It is a clever, interwoven story; her job over the summer helps Hope in so many ways that you would not expect from the outset; from her undiagnosed mental health to her future beyond her dream career.

Having such a strong character is half the battle when it comes to this beautiful and educating novel. It is very clear that research has gone into this. From informing the reader about organ donation to Hope’s diagnosis.

This is a book that I will be purchasing many copies of in order to have them in my school lending library.



Hope will be discussed as part of the wonderful Zoe’s #nspBookClub on Saturday 14th October at 6pm. Come join us 😀

Truly Madly Awkward by Beth Garrod #nspBookClub

Truly Madly Awkward by Beth Garrod
Buy it at here
From Amazon:

Bella Fisher is back – and is cool, calm and collected as ever. So: NOT EVEN REMOTELY. Her fledgling relationship with Hot Adam seems to have stalled mid-flight (he isn’t really speaking to her), her big sister Jo has gone off to university leaving Bella to deal with ditzy Mum on her own, something is up with her best-friend-dynamic with Tegan and Rachel and horror of horrors, horrendous ex-boyfriend Luke has an ACTUAL MODEL as his new girlfriend. Mum opens up a doggy ice cream parlour – Give a Dog a Cone – which Bella is forced to help out at on Saturdays. Yes, dressed up as a dog. For some light relief she enters a radio competition to secure a performance from hot band of the moment The Helicans at her school – but another contestant begins turning into her sabotaging nemesis. Throw in a suspicious new lodger and the world’s most chaotic dog agility course and you’ve got another truly hilarious, truly relatable and truly madly awkward story!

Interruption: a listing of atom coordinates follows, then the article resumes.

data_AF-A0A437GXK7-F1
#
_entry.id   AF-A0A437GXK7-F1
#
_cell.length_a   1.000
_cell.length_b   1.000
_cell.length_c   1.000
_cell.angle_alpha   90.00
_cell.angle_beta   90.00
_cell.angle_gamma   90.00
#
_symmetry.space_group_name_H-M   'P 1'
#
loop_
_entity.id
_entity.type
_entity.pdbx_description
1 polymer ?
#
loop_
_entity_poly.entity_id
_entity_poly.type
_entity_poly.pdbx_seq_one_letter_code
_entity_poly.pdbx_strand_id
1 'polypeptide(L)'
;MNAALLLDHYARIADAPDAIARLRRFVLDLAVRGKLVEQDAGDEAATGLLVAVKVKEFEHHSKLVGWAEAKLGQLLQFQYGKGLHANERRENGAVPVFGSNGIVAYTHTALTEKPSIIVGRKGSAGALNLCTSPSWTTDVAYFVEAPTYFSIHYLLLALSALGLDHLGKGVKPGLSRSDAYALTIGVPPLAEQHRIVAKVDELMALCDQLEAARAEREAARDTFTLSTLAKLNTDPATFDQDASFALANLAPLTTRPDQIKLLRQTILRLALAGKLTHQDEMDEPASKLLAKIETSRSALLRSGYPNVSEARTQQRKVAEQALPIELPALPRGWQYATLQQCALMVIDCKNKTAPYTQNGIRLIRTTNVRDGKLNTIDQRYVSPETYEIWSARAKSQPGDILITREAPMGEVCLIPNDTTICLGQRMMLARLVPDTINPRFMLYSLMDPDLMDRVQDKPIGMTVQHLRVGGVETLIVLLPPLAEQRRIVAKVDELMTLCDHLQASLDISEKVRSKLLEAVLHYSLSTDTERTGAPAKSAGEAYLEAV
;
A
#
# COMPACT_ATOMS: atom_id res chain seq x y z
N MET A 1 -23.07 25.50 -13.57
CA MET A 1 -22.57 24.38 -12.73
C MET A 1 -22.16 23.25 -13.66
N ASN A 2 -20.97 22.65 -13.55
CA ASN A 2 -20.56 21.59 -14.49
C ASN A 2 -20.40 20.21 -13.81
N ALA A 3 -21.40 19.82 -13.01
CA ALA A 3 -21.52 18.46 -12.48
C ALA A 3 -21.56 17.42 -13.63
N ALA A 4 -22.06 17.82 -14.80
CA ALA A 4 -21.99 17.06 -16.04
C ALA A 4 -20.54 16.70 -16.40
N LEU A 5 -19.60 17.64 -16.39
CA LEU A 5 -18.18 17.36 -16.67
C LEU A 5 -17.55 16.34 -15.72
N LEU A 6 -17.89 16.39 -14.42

The characters
I like Bella. She fills the geeky hole left by the ending of Holly Smale’s Harriet Manners. Bella is the geek that goes wrong and you love her for it.
Her crush, Adam, is sweet and charming. Although I don’t find myself rooting for them; I’m picky and he’s a little dull for my romance satisfaction.
Bella is supported by a well rounded group of friends, all lovely people with their own problems. It was quite nice to have a book where there wasn’t a single character I didn’t like.

Then there was the lodger who wasn’t all she seemed. There was a trickle of mystery behind her glossy look and it’s quite delightful to see the character develop.

The plot
The book centres on the opening and running of a shop Bella’s mum has opened which works in parallel with Bella’s own journey; winning a competition for the band of the moment to play at her school.

It’s a easy read plot of situation build up, catastrophe and resolution. It’s wonderful, and not entirely predictable like it could have been. There’s a great end that will leave any reader satisfied.

The writing
It’s a personal thing for me, but working with students all day means I have very little time for the ‘teen voice’ that is represented here in Truly Madly Awkward. It’s not bad, by all means, but is not something I enjoy. It’s actually a testament to the writer that she is so competent that all the other elements were enough to keep me invested. It wasn’t offputting, but it did sometimes take me out of the narrative.
My biggest issue was the coupled words and the abbreviations. They are things that are banned in my classroom. I have no reason for it, other than I think I’m getting old.

However, leaving my grumpy aging arse aside; the writing is very current and one that the intended readers will love and it enables those readers to engage with Bella further.


No Safer Place Book Club
The wonderful Zoe over at  http://www.nosaferplace.co.uk/ is holding a chat today at 6pm over on Twitter. Use the hashtag #nspBookClub, introduce yourself and come join us for an hour of fun, chat and bookish geekery.

Check out Hannah’s blog post about the Book Club here

credit Zoe